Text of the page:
Care of Casts and Splints
Splints and casts support and protect injured bones and soft tissue, reducing pain, swelling, and muscle spasm. In some cases, splints and casts are applied following an initial injury or surgery. Splints or "half-casts" are better suited to accommodate swelling from injuriesthan enclosed casts. Docotr Biehl will decide which type of support will be best for you. Casts are custom-made and applied by Doctor Biehl or his assistant. Casts are typically made of fiberglass but are ocassionaly made of plaster. Splints can also be custom-made, especially if an exact fit is necessary. Other times, a ready-made off-the-shelf splints will be used. They have Velcro straps, which make the splints easy to adjust, and to put on and take off.
Fiberglass typically forms the hard supportive layer in splints and casts. Fiberglass is lighter in weight, less messy, stronger, more durable, and "breathes" better than plaster. Both materials come in strips or rolls, which are dipped in water and applied over a layer of cotton or synthetic padding covering the injured area. X-rays are used to check the healing process of an arm or leg in a splint or cast. The x-ray can be shot right through the cast. Frequently, a splint is applied to a fresh injury first and, as swelling subsides, a full cast may be used to replace the splint. Sometimes, it may be necessary to replace a cast as swelling decreases and the cast "too loose".
If your treatment is to be successful, you must follow Doctor Biehl's instructions carefully. The following information provides general guidelines only. Swelling due to your injury may cause pressure in your splint or cast for the first 48 to 72 hours. This may cause your injured arm or leg to feel snug or tight in the splint or cast.
To reduce the swelling:
1) Elevate your injured arm or leg above your heart by propping it up on pillows or some other support. You will have to recline if the splint or cast is on your leg.The injured body part must be elevated higher than the level of your heart so that clear fluid and blood can drain "downhill" to your heart. This is most important for the first 24-72 hours after the injury.
2) wiggle your uninjured, but swollen fingers or toes gently and often to pump fluid out of the injured area.
3) Apply ice to the splint or cast by placing the ice in a dry plastic bag or ice pack and wrap it around the splint or cast at the level of the injury. DO NOT LET WATER FROM THE MELTING ICE SEEP INTO YOUR CAST!!!
If you experience any of the following warning signs, attempt to the decrease swelling by following the instructions above. If those measures fail, contact Doctor Biehl's office immediately for advice.
1) Increasing pain, which may be caused by swelling, and the feeling that the splint or cast is too tight.
2) Increasing numbness and tingling in your hand or foot, which may be caused by too much pressure on the nerves from a tight cast.
3) Burning and stinging, which may be caused by too much pressure on the skin.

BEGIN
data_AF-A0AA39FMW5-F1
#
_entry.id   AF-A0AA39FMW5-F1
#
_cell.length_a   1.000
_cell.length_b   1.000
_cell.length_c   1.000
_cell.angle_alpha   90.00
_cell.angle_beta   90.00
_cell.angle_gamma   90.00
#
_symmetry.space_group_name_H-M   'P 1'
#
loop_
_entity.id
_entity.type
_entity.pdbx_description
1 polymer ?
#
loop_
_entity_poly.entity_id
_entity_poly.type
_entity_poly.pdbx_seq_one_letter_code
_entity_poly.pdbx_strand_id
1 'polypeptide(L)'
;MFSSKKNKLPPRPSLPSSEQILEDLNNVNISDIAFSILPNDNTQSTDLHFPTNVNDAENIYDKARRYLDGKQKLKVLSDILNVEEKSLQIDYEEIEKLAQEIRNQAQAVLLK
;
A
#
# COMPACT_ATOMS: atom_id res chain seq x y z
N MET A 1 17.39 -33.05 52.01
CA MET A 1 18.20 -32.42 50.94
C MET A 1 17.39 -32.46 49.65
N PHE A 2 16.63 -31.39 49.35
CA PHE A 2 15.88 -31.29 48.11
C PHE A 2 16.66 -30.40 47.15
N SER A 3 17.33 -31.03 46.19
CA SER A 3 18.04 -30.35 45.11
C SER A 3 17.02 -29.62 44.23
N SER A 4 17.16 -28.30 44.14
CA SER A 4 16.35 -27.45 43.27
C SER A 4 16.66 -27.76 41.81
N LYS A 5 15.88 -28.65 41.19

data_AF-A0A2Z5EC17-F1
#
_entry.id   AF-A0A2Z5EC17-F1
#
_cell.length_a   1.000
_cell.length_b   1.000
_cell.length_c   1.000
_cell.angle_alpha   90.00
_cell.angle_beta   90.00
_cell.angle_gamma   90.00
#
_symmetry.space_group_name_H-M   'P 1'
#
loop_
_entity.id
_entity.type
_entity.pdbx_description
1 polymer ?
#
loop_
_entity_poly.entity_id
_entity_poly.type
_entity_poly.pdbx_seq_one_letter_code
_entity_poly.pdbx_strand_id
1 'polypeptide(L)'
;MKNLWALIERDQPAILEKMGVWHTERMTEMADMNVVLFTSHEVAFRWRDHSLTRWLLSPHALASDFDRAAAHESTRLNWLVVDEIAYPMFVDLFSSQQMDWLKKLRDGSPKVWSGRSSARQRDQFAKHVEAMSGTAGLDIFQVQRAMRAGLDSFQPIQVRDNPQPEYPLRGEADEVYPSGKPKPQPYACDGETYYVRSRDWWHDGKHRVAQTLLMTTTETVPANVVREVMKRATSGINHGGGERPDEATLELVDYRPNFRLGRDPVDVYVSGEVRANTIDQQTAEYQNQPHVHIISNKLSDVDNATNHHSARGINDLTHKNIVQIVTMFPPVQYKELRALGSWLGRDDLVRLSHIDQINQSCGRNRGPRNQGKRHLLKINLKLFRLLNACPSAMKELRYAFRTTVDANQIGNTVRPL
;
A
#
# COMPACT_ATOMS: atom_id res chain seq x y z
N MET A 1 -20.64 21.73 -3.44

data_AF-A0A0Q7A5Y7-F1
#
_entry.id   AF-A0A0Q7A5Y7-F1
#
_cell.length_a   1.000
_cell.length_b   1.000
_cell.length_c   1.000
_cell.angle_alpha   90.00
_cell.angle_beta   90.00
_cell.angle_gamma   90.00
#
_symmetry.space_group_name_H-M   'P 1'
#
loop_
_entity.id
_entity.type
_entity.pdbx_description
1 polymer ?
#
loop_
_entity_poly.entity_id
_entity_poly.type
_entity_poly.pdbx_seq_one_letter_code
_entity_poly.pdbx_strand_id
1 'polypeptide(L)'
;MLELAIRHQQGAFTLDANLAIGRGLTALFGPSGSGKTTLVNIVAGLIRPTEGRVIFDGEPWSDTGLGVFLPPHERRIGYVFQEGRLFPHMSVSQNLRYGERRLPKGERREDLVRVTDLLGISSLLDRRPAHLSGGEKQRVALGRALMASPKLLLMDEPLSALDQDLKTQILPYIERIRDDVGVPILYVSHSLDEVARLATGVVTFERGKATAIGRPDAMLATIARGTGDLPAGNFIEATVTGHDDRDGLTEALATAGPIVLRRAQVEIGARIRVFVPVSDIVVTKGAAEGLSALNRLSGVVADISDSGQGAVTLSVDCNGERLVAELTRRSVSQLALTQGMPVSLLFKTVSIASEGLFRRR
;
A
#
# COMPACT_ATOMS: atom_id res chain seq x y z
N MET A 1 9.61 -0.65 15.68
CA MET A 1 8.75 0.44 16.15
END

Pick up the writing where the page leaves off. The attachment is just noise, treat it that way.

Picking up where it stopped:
Keep your splint or cast DRY. Moisture can weaken fiberglass and plaster. However, the main problem is the damp padding next to the skin which can cause irritation. Once the padding becomes wet, it is extremely difficult to dry. You can develop a severe "diaper rash" of the forearm. In addition, the wet cast padding can get out of position and bunch up under the cast causing pressure sores of the skin. Sometimes you can use a blow dryer with warm air (not hot air which can burn your skin) to get the cast to dry out. If the cast becomes wet, it usually needs to be replaced in 48 hours.
You should not swim with a cast on. You should not take a bath with a cast on. Bathing shold consist of sponge baths or shower. Use a thick plastic bag with rubber bands to cover your cast. Place a towel around the entrance of the cast under the bag to catch any slight leakage that may occurl. You may also purchase waterproof shields to keep your cast dry while you shower. Please ask Dr. Biehl's assistant.
Do not let dirt, sand, or powder get inside of your splint or cast.
Do not pull out the padding from your splint or cast.
Do not stick objects such as coat hangers inside the splint or cast to scratch itching skin.
If itching persists, try blowing warm air inside your cast or try over the counter Benadryl
Do not break off rough edges of the cast or trim the cast before asking your doctor.
Do not remove the cast yourself. You may cut your skin or prevent proper healing of your injury. Doctor Biehl will use a cast saw to remove your cast. The saw vibrates, but does not rotate. The blade of the saw touches the padding inside the hard shell of the cast. This will cause the padding to vibrate and tickle. Cast saws make a lot noise and may feel "hot" from friction. If the padding has been pulled out, the skin can start to burn. That is why you should not pull out your padding.
Inspect the cast regularly. If it becomes cracked or develops soft spots, contact Doctor Biehl's office.